Cut the Clutter: Introduction

Photo by Dimitry Anikin on Pexels.com

I’m a surgeon. Not a medical surgeon, but a verbal surgeon. All serious writers should have verbal surgeon beside their names, for just as medical surgeons cut into patients’ bodies, so verbal surgeons dig deep into sentences, cutting out words, adding words, and many other things to make their writing strong and healthy.

One of the cardinal rules of clear, clean writing is “cut the clutter.” This means taking out unnecessary words, redundancies, and similar things that clutter our prose. Once they’re trashed, sentences become clear and easier to read. They’ll be more concise. This is the mark of a professional, after all. A professional writer’s prose isn’t cluttered.

Cluttered writing can be irritating. Many years ago, when I was a young, budding writer taking college-level English classes, one of my professors gave us students handouts to take home. He’d written about authors and literature he wouldn’t have time to cover in class. I’d learned how important it was to write concisely, without clutter, so when I saw his work…Ugh! An English professor, of all people! Oh, I tried reading what he’d written, but I grew so frustrated wading through his verbosity that I tossed his handouts in a waste basket.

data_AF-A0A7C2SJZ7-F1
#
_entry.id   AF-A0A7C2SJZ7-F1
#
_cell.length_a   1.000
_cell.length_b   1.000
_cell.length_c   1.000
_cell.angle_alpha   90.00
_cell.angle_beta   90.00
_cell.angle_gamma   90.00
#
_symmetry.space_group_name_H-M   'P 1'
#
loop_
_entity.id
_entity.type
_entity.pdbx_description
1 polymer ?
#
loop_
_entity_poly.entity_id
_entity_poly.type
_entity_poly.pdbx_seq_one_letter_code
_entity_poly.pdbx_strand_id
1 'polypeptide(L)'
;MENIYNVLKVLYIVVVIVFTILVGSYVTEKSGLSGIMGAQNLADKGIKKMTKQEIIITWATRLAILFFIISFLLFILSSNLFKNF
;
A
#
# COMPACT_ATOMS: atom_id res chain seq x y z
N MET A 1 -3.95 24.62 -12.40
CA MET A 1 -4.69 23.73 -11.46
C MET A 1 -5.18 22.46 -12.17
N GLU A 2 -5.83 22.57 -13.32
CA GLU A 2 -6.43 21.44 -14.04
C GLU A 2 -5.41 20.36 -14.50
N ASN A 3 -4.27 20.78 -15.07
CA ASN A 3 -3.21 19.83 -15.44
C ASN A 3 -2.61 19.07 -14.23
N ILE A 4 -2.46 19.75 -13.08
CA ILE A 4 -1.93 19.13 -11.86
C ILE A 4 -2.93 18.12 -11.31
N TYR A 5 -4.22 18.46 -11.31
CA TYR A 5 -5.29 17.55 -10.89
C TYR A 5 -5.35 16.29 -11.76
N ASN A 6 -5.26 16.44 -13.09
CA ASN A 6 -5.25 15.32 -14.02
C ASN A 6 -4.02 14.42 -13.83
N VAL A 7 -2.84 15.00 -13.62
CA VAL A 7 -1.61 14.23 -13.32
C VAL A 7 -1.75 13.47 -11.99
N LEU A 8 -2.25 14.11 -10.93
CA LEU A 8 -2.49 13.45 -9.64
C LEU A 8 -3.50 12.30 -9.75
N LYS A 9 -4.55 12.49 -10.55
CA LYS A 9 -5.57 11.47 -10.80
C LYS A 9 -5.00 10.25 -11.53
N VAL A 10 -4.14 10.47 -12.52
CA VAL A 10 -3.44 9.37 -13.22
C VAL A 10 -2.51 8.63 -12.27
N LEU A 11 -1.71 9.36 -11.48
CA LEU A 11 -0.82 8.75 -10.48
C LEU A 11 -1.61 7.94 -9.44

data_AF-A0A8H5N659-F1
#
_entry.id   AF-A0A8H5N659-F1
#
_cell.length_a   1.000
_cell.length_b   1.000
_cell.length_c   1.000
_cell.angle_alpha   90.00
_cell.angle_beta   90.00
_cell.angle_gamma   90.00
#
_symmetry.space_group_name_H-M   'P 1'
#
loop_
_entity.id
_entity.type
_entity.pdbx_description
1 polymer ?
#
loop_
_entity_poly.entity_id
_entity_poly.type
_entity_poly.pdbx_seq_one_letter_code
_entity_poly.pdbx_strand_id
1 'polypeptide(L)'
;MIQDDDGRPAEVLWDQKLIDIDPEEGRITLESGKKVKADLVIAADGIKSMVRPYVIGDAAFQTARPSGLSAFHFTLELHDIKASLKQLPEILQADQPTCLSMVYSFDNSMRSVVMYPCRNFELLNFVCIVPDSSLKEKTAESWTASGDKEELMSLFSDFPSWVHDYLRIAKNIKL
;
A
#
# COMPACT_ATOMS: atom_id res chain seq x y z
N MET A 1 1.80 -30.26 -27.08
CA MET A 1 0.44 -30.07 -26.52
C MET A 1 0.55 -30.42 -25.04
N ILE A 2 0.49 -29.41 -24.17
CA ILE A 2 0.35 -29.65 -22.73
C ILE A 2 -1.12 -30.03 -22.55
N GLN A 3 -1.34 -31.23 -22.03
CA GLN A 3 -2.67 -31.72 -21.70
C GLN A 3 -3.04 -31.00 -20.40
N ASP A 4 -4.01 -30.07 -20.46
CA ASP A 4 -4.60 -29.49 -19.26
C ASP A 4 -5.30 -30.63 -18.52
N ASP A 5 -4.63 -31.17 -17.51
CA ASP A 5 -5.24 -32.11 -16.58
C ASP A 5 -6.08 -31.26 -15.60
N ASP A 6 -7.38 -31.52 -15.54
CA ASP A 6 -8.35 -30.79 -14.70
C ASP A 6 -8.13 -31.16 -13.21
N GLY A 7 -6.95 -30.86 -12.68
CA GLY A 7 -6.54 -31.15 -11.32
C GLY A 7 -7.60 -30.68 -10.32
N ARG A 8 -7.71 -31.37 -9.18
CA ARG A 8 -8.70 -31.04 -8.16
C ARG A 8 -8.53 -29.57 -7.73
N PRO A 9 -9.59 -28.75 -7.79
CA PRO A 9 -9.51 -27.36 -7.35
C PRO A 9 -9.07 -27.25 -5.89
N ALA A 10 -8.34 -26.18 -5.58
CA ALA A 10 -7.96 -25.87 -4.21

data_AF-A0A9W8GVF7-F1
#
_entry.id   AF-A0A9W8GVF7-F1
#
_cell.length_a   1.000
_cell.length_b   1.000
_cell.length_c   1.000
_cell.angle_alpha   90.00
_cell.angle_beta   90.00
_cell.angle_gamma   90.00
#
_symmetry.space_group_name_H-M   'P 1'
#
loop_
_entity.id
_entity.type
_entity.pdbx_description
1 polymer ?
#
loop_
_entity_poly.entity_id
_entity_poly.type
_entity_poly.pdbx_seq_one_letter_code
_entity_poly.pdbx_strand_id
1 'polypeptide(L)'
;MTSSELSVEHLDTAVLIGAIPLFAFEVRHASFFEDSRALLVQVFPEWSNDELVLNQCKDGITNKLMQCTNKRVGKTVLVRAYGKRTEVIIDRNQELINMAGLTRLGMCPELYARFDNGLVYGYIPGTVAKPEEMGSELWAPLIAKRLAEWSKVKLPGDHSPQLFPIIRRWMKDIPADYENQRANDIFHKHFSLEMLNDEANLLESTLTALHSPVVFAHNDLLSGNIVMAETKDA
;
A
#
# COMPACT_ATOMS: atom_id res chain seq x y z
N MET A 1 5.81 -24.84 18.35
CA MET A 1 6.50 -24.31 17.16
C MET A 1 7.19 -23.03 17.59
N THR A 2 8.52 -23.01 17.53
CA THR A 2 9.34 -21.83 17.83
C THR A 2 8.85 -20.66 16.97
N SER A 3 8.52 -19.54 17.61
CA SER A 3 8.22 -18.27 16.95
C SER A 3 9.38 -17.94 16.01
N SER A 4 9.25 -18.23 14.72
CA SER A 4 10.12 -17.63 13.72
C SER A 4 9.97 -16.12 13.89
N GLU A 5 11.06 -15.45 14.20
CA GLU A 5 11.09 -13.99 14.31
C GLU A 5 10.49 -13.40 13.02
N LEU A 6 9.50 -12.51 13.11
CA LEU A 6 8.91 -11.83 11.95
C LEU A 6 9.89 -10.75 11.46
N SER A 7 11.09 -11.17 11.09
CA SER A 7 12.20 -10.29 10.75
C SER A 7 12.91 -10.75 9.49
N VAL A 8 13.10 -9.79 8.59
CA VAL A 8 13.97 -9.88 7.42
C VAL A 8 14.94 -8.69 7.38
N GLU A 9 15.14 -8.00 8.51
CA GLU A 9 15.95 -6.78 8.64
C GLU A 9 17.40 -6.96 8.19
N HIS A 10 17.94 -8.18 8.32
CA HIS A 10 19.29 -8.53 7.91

So, if we don’t want a frustrated reader to toss our work away…write concisely! Concise writing doesn’t mean lots of short sentences, though many beginning writers have a mistaken notion that it is. Concise writing means making every word count toward clarity. Effective, clear writing is concise and uses various sentence structures and lengths.

More on “cutting the clutter” in the next post.

6 thoughts on “Cut the Clutter: Introduction

    1. Thank you so much, Mike. I’m glad you found it helpful. You are an inspiration as well. Zinsser’s book really helped me when I was starting out.

      Like

Leave a Reply

Fill in your details below or click an icon to log in:

WordPress.com Logo

You are commenting using your WordPress.com account. Log Out /  Change )

Google photo

You are commenting using your Google account. Log Out /  Change )

Twitter picture

You are commenting using your Twitter account. Log Out /  Change )

Facebook photo

You are commenting using your Facebook account. Log Out /  Change )

Connecting to %s

This site uses Akismet to reduce spam. Learn how your comment data is processed.